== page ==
• The same is even more true for individuals intending to use their refunds to pay back debts. Throughout the year, credit cards, student loans, and any other sort of debt will accumulate interest. Giving the government a couple hundred dollars a month to hang onto rather than putting it toward the principal of those debts means you’re getting slapped with those interest fees when you could have been paying it off.

If you’re planning on putting your tax return into savings or paying off debt, hey, at least you’re not going shopping–but next year, try not to give Uncle Sam an interest-free loan that comes out of your pocket.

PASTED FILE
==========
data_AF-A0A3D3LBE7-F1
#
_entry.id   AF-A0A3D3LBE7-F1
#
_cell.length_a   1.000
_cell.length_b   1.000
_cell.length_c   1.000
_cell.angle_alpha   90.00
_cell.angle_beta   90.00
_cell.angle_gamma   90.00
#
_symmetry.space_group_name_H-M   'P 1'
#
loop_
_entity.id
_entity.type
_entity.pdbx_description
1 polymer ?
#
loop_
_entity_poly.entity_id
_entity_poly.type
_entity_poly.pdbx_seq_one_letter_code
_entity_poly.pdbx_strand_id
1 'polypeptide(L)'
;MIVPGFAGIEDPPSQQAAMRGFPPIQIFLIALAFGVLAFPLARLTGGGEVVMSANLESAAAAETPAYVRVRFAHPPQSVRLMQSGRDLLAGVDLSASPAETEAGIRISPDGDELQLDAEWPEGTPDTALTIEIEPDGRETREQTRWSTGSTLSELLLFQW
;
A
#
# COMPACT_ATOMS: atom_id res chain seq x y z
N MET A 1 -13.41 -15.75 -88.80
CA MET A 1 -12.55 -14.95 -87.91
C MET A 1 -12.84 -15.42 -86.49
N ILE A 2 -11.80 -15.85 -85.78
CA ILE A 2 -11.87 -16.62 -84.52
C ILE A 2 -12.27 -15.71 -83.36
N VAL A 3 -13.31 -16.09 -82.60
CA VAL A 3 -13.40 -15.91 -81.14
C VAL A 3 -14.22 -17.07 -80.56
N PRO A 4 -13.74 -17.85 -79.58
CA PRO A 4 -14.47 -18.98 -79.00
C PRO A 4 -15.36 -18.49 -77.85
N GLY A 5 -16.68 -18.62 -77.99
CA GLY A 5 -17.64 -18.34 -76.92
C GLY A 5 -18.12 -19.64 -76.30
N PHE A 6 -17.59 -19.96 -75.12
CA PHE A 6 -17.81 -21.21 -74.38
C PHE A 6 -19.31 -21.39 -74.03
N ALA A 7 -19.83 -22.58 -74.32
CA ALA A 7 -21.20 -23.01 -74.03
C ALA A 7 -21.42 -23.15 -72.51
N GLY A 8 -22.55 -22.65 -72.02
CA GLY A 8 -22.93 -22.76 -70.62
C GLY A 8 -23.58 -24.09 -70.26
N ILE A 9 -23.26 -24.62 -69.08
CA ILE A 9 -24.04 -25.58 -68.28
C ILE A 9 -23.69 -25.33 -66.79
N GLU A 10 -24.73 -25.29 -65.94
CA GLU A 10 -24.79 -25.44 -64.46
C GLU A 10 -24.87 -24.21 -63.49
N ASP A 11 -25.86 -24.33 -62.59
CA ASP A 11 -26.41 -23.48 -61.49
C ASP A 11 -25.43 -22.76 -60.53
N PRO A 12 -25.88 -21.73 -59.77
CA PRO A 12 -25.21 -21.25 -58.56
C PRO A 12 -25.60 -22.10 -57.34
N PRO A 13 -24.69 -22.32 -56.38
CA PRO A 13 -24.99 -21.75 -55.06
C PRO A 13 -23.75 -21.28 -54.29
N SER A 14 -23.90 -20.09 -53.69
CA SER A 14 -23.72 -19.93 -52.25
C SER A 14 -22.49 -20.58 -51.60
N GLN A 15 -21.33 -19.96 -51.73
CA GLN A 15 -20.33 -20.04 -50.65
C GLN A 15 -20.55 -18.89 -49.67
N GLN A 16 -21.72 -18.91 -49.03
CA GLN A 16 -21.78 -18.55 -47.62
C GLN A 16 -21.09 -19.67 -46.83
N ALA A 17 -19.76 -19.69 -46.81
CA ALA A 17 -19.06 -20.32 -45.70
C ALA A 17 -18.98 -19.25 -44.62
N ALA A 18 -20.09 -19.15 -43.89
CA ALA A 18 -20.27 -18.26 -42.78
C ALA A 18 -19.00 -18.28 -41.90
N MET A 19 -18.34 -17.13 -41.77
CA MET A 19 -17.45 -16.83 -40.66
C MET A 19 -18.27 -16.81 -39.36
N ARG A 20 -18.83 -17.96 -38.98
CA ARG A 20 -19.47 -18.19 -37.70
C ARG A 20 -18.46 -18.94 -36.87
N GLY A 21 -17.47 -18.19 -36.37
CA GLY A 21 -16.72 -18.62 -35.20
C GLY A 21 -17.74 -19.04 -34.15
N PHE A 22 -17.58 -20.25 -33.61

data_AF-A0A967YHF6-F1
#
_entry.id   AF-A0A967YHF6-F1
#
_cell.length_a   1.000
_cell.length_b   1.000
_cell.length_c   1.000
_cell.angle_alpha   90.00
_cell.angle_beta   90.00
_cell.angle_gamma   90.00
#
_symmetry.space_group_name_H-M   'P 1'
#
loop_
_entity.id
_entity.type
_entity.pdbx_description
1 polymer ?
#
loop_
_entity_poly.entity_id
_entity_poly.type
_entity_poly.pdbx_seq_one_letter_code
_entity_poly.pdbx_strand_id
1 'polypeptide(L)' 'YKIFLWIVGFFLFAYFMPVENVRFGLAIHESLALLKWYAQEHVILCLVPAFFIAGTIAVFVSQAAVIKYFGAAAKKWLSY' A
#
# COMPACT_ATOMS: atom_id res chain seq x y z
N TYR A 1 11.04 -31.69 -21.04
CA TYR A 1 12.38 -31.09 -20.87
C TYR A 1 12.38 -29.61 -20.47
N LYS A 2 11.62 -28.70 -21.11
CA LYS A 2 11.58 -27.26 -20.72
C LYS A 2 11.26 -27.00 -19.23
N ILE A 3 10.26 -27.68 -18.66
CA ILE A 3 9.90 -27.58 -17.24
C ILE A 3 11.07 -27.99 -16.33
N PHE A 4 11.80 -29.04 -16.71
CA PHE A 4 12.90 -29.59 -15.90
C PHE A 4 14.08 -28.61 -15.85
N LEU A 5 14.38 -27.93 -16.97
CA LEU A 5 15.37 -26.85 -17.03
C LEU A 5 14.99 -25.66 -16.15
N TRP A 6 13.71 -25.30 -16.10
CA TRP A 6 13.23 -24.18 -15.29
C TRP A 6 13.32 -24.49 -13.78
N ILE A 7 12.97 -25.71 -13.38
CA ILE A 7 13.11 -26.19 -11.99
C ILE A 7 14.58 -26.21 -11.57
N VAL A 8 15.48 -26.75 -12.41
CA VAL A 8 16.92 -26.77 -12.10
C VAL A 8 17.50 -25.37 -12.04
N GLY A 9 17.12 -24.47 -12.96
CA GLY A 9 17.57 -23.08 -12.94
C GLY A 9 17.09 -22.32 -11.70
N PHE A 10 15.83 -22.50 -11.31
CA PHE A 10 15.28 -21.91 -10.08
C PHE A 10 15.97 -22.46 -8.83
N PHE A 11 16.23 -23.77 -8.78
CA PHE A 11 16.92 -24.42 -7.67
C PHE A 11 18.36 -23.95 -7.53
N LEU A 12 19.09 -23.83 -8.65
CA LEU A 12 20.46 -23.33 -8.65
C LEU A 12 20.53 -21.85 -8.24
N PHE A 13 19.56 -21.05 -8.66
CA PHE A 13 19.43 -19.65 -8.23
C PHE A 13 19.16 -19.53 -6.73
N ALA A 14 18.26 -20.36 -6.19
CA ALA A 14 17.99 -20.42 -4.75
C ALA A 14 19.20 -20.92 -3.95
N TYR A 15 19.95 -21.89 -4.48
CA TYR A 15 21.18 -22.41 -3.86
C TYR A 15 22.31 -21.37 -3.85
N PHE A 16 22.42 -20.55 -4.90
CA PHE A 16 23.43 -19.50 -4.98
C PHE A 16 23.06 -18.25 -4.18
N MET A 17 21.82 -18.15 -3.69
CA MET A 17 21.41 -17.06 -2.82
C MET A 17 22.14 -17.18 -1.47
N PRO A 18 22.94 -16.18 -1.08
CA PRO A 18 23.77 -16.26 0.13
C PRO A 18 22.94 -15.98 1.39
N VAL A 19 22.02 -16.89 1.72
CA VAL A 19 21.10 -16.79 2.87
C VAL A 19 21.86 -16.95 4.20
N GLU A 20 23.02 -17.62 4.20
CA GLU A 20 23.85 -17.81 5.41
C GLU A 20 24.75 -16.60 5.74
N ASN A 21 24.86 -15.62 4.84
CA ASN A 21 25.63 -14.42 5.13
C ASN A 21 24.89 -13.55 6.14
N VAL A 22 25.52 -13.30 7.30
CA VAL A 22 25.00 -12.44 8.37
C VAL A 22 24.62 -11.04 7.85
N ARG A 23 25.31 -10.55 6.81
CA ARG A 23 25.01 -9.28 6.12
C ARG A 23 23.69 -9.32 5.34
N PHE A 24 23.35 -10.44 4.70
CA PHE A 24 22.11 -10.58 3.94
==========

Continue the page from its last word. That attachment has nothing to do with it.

For the Love of Your Wallet, Read This Before Doing Your Taxes


We’re less than a month away from the tax deadline—if you haven’t filed yet, we’d like to encourage you to make the most of your tax return. Many young people aren’t even aware of how many deductions are out there, let alone taking advantage of them.

What’s the First Step?

For starters, you’ll only want to turn in an itemized deduction list (Schedule A) if your deductions total more than 2% of your Adjust Gross Income. Otherwise, you’ll just be taking the standard deduction. If your AGI is $50,000, for example, your itemized deductions must be more than $1,000 to qualify you for more than the standard deduction. We encourage taxpayers to calculate their tax return both ways and see which has the greater return.

What Are Some Unexpected Deductions?

That said, there are a lot of things people aren’t aware they can count as tax-deductible. Here are some of the most commonly overlooked deduction possibilities: